tempting to keep working until I am completely exhausted, but this often
results in becoming less productive in the long run.

Lately, I have also realized the importance of my
relationship to food. I feel our culture has an attitude toward food that
relates its quality to the efficiency of its preparation and consumption. I am
trying very hard to look at meals as a time to slow down and enjoy full-cooked
dishes rather than as a rushed activity of refueling as efficiently as
possible. It sounds obvious, but this small change in perspective has made a
great difference in my daily routine.

I address issues of health and fitness by cycling, being
part of the slow food movement, and yoga. As for the larger issues of health
care as an independent artist, I am hoping very much that the current debate in
government will result in a universal health care program. In Chicago, I had
only catastrophic health coverage. In Boulder, I feel fortunate to be covered
by student health insurance.

After establishing the angles at which the smaller figures will be attached, using paper cut-outs made to scale (left), Harris uses a home-made angle guide made of cardboard, threaded rod, and scrap wood (center) to drill the holes in the larger figure (right). After firing, the smaller figures are attached through these holes using threaded rods, nuts, and washers.


Finding inspiration is an outwardly directed activity of
searching, seeking, exploring, researching, conversing, looking, thinking,
interpreting, translating, analyzing, and absorbing. Recharging, for me, is
turning all this off. It is an inwardly-directed process, involving reflecting,
permeating, percolating, decompressing, observing, and being mentally still. I
believe it is important to balance my research and studio time with activities
outside this cycle. Right now, I am reading The Brief Wondrous Life of Oscar
Wao, by Junot Diaz, and Worldchanging, edited by Alex Steffen. Diaz’s novel
allows me to escape into the wonderful world of fiction, while Worldchanging is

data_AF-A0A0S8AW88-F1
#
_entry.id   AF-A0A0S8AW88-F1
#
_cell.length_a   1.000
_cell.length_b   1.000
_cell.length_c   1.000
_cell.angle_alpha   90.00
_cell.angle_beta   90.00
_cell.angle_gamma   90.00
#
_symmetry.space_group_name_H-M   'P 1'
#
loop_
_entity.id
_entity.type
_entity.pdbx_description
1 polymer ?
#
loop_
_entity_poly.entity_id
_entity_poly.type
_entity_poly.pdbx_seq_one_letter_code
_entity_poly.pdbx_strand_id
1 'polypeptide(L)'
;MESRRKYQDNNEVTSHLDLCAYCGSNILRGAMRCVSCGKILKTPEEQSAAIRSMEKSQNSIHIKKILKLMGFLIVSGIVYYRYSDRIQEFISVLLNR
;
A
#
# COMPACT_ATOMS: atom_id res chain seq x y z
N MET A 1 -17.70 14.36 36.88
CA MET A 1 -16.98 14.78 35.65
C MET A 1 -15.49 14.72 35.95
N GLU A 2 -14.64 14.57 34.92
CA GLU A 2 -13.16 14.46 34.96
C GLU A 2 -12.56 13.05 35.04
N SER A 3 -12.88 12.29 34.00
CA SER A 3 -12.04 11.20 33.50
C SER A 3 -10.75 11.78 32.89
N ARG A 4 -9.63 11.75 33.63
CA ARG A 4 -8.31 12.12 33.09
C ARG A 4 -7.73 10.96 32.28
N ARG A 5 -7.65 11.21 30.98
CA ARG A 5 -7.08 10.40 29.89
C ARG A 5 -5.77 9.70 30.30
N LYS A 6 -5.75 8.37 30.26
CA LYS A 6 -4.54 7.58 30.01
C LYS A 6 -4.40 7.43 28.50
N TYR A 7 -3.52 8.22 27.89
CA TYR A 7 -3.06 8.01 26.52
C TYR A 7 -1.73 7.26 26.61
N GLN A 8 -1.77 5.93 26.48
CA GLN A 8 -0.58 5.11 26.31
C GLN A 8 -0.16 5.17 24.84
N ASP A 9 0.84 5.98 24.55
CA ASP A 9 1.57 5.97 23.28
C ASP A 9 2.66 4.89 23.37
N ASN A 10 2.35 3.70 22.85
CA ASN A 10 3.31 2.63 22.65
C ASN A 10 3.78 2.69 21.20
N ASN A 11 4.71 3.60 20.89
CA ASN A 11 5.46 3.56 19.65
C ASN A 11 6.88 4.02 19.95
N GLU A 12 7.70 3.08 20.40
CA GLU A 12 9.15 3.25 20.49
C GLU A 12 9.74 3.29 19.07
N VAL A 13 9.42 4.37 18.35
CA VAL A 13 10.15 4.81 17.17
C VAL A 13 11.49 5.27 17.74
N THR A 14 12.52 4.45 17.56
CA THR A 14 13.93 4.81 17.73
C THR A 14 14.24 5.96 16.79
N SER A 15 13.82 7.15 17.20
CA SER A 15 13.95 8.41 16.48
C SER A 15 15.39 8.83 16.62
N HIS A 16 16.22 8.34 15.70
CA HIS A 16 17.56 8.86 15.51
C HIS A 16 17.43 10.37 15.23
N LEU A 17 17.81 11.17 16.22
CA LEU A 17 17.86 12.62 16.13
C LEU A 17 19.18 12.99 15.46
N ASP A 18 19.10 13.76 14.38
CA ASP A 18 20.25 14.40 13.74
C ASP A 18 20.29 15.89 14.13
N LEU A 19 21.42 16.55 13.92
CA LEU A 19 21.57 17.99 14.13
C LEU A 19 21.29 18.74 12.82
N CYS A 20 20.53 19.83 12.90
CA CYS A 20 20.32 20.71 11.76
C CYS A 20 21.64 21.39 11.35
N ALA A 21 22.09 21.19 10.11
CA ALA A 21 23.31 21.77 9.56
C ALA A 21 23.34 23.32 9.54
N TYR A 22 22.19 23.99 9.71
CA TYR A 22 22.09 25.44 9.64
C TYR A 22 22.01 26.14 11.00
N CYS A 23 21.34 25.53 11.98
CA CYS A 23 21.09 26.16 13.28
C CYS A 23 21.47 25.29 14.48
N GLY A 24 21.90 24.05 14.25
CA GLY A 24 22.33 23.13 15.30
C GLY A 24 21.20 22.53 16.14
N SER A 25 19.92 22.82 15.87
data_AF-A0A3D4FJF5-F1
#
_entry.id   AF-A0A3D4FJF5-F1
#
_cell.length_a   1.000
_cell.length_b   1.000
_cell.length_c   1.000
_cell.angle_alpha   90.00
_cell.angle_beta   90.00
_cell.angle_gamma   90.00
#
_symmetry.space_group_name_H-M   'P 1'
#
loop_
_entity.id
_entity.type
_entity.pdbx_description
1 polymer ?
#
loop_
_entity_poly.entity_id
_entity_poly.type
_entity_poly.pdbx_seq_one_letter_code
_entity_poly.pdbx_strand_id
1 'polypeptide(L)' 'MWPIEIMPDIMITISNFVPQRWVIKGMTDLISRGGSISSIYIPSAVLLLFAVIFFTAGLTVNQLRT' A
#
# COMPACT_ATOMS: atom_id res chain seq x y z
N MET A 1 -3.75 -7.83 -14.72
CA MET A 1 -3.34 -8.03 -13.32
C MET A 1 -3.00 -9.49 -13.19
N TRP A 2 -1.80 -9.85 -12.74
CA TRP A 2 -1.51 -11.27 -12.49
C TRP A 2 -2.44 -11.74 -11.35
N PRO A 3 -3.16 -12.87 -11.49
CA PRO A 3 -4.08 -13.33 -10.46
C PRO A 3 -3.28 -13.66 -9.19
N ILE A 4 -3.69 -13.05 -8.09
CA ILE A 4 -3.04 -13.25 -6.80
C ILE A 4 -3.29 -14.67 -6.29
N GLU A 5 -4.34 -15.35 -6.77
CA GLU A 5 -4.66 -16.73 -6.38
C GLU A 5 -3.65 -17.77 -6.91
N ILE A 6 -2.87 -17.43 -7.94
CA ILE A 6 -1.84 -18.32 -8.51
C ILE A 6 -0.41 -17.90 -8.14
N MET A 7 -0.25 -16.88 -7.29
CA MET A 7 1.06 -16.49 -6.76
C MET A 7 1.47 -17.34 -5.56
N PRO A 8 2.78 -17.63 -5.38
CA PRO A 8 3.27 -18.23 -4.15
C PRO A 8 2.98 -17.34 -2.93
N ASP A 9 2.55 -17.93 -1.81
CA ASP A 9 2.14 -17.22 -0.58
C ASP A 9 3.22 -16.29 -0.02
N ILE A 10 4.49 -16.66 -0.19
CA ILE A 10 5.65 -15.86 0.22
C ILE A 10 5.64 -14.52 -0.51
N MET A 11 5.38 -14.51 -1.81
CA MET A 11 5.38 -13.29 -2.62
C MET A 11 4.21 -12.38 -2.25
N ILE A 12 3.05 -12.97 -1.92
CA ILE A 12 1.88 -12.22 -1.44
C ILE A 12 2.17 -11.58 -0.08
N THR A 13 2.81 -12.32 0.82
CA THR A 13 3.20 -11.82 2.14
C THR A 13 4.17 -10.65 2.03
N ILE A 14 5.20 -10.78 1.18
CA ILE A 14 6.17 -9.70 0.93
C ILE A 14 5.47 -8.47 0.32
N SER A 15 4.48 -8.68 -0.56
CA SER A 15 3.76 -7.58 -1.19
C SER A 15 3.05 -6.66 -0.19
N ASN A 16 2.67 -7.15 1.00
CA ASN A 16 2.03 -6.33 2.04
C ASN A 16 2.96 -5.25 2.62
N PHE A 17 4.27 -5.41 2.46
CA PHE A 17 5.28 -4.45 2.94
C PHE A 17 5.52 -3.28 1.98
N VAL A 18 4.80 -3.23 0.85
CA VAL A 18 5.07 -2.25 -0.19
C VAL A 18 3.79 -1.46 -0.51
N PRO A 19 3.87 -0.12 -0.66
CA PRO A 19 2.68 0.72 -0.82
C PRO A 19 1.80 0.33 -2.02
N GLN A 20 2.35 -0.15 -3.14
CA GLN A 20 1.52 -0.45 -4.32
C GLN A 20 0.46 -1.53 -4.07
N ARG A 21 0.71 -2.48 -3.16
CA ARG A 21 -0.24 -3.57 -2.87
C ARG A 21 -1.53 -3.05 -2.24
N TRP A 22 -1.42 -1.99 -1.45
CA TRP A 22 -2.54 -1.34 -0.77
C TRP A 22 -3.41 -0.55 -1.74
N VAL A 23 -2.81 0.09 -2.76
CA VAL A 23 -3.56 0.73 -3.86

essentially an encyclopedia of innovative solutions from the world’s top
thinkers on the economic, environmental, and societal issues we face in the
21st century. I enjoy keeping up to date on the developments of science,
technology, and new ways of thinking about the way we interact with each other
and the planet.


I sell work mainly to collectors and friends through galleries
and online. I try to engage people who do not typically interact with art on a
daily basis. I do this by making an effort to form a vocabulary that can
clearly and poignantly describe my art without using terminology that requires
an understanding of art and theory. Also, when someone asks me about my art, I
start by describing what it is about rather than what it is made out of. This
provides a point of departure for the other person to add their perspective and
engage in the ideas rather than quickly categorizing it into a technical genre.
One of the advantages of this is that I am able to reach a larger audience,
which often leads to unique opportunities, experiences, and conversations.

I rely mainly on word of mouth and recommendations for finding
new venues and opportunities, as well as researching and applying for artist
grants and residencies. Being organized, professional, trustworthy, and
respectful to other artists and communities is the best way to market what you

My most disappointing or frustrating experiences online are
keeping everything current and updated, but my greatest online successes are
when people find my work without me personally leading them to it.

most valuable lesson

Patience and perseverance.


www.matthewharrisart.com  www.thenevicaproject.com  www.artaxis.org